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Freeland residents seek halt to spending on sewer project
FREELAND — Stop throwing money down the “rat hole” of a $40 million sewer project that’s opposed by most people who live in the Freeland area, residents told the board of the Freeland Water and Sewer District Monday.
Residents also asked sewer district commissioners to rescind the resolution that called for a local improvement district, or LID, which would give the sewer district the authority to make property owners pay for the new sewer system.
Opponents of the controversial $40 million plan said the project is overpriced and would hit property owners with assessments that could total tens of thousands of dollars.
Critics also charge that the original plan was for sewers in the downtown commercial core of Freeland, but the proposal was expanded in a way that makes residential properties shoulder most of the costs for the unwanted sewer system.
“This train is going down the track and it needs to stop,” Mike Gregory told sewer commissioners.
“You guys need to give your heads a shake, I’m sorry. A lot of money has been spent here, and it’s going down a rat hole,” Gregory added.
“It’s a waste of taxpayer dollars for you to pursue this,” added Pam Neschke, another resident in the sewer district. “I think it ought to be stopped.”
District officials estimate $2.5 million has been spent on a new sewer system for Freeland so far, mostly on consultants.
Neschke said the board should wait until the citizens advisory committee on a new sewer system had completed its work.
The district should also seek money from the group that originally wanted a sewage treatment system: the downtown business community, residents said.
“I think this LID and this $40 million sewer project should be stopped, and not a penny spent more on it. Allow the [citizens advisory committee] to pursue the other options,” Neschke said.
“Allow the commercial core to participate if they choose to, and leave the residents out of it until the residents choose,” she told commissioners.
Neschke also pointed out that LIDs are usually created by property owners with 60 percent or more of the affected land area.
But in Freeland, sewers — and the costly assessments — were being forced on unwilling residents.
“I’m not against sewers, I just don’t need it right now. And neither do a majority of the first-phase people,” she said.
That said, Neschke added that support seemed to be lacking for sewers in the downtown area as well.
“I have talked to a number of business people. They’re not for it either. I don’t see where your backing is,” she told district officials.
“I think it’s a waste of your money. Our money.”
District commissioners said they never wanted to force the infrastructure improvements on an unwilling public.
Officials tried to defuse the growing chorus at Monday’s meeting, and admitted that opinions had changed when the district realized the current $40 million plan wouldn’t pencil out.
“There was never any intent to impose that kind of a burden on Freeland property owners,” said District Commissioner Eric Hansen. “We really have scaled way back on our efforts, except for the hydrology study.”
“I understand the concern ... this cloud that’s hanging over everybody,” Hansen added. “We’d like to close that wound, too, and let people move on.”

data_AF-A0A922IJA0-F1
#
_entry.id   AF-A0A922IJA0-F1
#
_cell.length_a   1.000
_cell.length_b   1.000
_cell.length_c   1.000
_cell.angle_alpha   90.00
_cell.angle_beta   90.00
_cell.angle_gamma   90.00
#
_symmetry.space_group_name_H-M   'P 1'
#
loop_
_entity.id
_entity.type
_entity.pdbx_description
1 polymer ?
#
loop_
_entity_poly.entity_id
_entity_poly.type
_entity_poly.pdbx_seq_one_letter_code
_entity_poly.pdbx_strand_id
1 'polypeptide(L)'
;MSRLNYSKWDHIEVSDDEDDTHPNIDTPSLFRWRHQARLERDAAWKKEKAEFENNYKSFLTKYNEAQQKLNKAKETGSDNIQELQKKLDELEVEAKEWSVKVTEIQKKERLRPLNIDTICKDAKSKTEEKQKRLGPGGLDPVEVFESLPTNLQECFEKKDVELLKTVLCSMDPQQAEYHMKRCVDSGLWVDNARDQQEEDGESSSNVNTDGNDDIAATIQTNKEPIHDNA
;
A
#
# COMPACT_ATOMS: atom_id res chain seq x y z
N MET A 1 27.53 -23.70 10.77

“Believe me, we never had any intention of imposing that $40 million burden on the citizens of Freeland,” he said.
Sewer officials repeatedly stressed the LID had been “postponed indefinitely,” and Hansen said there were “no plans” for an LID.
Though district commissioners repeatedly said the LID was on hold, they refused to rescind the resolution that called for the improvement district at this week’s meeting. Some in the audience complained that the district was reneging on a promise made earlier to have the repeal on the agenda.
Sewer Commissioner Rocky Knickerbocker opposed any talk of pulling the plug on the LID.
He said the district had paid its attorney to make the LID flexible, and that the setup already approved by the district was crafted to be flexible so it would still be relevant if the area covered by the improvement district was changed.
“The LID is in limbo,” Knickerbocker said.
“It is changeable,” he added.
“Size, shape, all of that is still changeable. It’s not locked in to the present phase one. If it’s decided by the [citizens advisory committee] and this board, to change the phasing back to the five [phases], that LID could still be a tool that we could utilize for the project that you guys are working on,” he said.
“It’s totally adjustable,” Knickerbocker said.
Emily Malzone, however, noted that the LID resolution was too detailed to be as flexible as Knickerbocker claimed.
“To me it seems like the LID is very specific to a phase. And right now we have one enormous phase that the five phases were compressed into,” Malzone said.
When pressed to say why the board would not dissolve the LID, Knickerbocker said the district wanted to avoid the legal cost of the work. They were also worried it might affect the district’s ability to get grant money and other funding for the project.
Gregory, a Freeland resident, said the outlook on getting outside money wasn’t pretty, however. He prodded the commissioners to exert some leadership on the issue.
“It’s going to be the courage of three guys,” Gregory said. “You’re the three guys. You’re the ones who can make that decision. Nobody else can make it for you.”